Imagine a fabricator lands a contract involving critical stainless steel fabrication. Sheet metal and tubular sections flow through cutting, bending, and welding, then land at the finishing station. The part consists of a plate welded vertically to a tube. The weld looks OK, but it’s not the stack-of-dimes perfection the customer is looking for. So the grinder spends time removing a bit more weld metal than usual. Then, alas, some significant bluing emerges on the surface—a telltale sign of excessive heat input. In this case this means the part won’t meet customer requirements.
Usually performed manually, grinding and finishing require dexterity and finesse. Mistakes in finishing can be extraordinarily expensive, considering all the value that’s already been put into the workpiece. Add an expensive, heat-sensitive material like stainless steel, and costs for rework and scrap mount even more. Add complications like contamination and passivation failure, and a once profitable stainless steel job can become a money-losing, even reputation-losing misadventure.
How can fabricators prevent all this? They can start by developing a knowledge of grinding and finishing, what role each plays, and how each affects a stainless steel workpiece.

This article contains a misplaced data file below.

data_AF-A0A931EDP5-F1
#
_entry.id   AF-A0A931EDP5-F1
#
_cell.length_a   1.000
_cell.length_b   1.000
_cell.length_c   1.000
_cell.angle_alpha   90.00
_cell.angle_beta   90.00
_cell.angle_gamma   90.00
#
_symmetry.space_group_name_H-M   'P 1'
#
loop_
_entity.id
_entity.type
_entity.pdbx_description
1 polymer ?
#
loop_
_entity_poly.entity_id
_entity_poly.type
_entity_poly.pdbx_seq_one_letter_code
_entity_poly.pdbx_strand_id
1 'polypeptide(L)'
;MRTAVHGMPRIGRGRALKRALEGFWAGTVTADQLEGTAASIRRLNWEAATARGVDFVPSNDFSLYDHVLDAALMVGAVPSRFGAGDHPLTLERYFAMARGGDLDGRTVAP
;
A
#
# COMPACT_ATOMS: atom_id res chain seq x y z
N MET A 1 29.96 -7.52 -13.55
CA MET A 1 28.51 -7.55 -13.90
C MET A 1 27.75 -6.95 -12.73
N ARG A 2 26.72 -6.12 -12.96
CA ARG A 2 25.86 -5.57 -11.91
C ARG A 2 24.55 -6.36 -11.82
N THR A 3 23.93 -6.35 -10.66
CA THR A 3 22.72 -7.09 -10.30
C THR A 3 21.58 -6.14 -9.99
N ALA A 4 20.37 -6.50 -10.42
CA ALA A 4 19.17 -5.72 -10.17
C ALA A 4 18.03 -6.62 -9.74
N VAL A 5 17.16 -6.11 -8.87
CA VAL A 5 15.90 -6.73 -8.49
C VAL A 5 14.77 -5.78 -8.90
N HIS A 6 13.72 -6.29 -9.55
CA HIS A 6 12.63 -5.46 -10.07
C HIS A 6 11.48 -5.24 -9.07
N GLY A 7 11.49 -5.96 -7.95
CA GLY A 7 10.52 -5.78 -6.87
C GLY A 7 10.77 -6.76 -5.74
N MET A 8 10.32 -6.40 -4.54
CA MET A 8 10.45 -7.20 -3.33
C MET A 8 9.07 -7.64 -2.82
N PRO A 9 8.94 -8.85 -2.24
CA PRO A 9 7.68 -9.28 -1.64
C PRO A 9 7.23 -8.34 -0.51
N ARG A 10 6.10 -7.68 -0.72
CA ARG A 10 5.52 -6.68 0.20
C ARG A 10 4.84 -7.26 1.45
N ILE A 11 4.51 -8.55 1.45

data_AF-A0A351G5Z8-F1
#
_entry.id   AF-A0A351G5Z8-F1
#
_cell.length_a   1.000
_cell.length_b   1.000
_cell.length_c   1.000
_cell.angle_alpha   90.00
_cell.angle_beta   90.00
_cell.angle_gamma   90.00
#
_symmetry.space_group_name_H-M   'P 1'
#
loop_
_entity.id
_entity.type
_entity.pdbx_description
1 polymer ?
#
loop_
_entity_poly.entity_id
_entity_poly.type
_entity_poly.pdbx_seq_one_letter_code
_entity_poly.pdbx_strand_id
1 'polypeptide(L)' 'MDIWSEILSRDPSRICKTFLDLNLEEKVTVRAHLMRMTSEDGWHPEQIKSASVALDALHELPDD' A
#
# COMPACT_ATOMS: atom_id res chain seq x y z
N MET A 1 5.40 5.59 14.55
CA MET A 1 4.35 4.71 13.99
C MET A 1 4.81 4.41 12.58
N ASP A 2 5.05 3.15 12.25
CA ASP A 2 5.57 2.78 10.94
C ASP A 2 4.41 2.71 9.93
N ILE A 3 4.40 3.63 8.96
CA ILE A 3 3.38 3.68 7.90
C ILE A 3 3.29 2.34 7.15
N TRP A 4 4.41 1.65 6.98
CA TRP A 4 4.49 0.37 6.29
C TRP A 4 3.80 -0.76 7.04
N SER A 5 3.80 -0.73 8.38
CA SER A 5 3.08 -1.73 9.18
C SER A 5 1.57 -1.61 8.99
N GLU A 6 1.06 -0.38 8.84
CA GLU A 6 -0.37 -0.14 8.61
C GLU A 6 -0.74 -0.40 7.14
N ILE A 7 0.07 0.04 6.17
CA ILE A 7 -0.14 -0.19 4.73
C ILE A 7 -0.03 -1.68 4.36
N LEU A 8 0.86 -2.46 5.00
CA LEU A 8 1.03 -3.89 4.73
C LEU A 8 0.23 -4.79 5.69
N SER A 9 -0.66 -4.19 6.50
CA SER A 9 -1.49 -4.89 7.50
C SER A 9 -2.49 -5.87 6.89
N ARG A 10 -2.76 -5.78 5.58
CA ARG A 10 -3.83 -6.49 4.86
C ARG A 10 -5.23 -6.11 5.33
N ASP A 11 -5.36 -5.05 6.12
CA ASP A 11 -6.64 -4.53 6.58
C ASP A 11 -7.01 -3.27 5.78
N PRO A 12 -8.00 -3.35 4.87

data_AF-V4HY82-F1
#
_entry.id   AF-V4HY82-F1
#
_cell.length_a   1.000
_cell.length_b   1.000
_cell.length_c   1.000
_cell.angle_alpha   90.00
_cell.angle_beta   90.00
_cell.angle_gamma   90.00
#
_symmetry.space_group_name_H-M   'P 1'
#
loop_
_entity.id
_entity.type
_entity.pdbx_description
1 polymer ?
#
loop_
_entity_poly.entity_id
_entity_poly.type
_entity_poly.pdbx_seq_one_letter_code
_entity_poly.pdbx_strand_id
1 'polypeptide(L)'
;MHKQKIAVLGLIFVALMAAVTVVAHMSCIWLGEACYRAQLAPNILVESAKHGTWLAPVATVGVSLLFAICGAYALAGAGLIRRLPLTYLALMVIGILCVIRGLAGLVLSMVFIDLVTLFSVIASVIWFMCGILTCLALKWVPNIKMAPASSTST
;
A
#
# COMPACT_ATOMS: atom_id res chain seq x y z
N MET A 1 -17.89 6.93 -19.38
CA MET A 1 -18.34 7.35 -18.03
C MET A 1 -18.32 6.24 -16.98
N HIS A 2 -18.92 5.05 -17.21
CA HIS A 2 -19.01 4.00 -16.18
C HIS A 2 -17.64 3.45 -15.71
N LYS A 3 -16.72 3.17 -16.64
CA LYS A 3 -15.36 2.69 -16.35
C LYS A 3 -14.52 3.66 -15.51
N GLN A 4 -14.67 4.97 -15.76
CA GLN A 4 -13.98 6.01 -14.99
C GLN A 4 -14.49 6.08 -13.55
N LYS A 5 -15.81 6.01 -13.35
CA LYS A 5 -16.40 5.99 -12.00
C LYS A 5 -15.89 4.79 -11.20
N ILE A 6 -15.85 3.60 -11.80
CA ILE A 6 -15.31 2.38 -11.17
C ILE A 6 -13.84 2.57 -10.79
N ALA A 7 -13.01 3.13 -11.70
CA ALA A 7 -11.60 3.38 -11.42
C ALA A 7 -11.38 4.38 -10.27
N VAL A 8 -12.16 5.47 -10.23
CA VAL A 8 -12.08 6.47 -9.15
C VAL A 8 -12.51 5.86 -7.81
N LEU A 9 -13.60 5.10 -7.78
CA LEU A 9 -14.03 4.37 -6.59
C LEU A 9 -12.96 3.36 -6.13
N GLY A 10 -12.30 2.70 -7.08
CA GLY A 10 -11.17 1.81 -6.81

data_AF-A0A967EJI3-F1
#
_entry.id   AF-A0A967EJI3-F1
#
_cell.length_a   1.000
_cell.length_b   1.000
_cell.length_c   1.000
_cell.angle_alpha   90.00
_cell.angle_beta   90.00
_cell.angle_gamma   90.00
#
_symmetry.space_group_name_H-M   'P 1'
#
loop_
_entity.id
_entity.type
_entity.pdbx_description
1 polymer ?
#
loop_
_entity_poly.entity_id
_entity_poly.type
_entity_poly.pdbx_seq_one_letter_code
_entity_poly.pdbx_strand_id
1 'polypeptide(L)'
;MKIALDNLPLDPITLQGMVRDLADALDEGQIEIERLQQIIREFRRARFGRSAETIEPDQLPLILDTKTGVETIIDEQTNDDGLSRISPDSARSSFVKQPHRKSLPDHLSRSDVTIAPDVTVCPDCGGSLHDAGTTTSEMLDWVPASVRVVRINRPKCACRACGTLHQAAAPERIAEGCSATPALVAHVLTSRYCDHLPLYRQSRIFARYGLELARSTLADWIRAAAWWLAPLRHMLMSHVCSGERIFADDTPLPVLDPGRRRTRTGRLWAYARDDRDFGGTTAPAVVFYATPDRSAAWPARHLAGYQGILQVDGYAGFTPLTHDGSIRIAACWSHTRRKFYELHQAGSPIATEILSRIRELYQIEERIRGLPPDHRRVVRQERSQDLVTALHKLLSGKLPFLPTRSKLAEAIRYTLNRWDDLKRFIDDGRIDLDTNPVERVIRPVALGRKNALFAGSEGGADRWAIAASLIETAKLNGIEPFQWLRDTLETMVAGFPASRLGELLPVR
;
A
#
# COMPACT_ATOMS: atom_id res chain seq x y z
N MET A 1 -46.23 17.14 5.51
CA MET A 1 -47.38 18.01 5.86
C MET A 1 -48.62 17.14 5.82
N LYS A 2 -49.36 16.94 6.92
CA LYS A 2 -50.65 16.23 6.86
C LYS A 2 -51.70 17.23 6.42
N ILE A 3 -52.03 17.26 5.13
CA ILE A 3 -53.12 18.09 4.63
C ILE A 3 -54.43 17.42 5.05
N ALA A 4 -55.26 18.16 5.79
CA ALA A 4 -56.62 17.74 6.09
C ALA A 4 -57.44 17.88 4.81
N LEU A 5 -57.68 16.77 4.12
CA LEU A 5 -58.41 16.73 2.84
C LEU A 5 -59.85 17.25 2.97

Grinding Versus Finishing
They aren’t synonymous. In fact, each has a fundamentally different goal. Grinding removes material like burrs and excess weld metal, while finishing puts a finish on the metal surface. The confusion is understandable, considering those grinding with a large-grit wheel remove a lot of metal quickly and in so doing leave a “finish” of very deep scratches. But in grinding, scratches are just the aftereffect; quick material removal is the goal, especially when working with heat-sensitive metal like stainless steel.
Finishing occurs in steps as the operator starts with a larger grit and steps down to finer-grit sanding discs, nonwoven abrasive, and perhaps a felt cloth and polishing paste to achieve a mirror finish. The goal is to achieve a certain final finish (scratch pattern). And each step (finer grit) removes the deeper scratches from the previous step and replaces them with smaller scratches.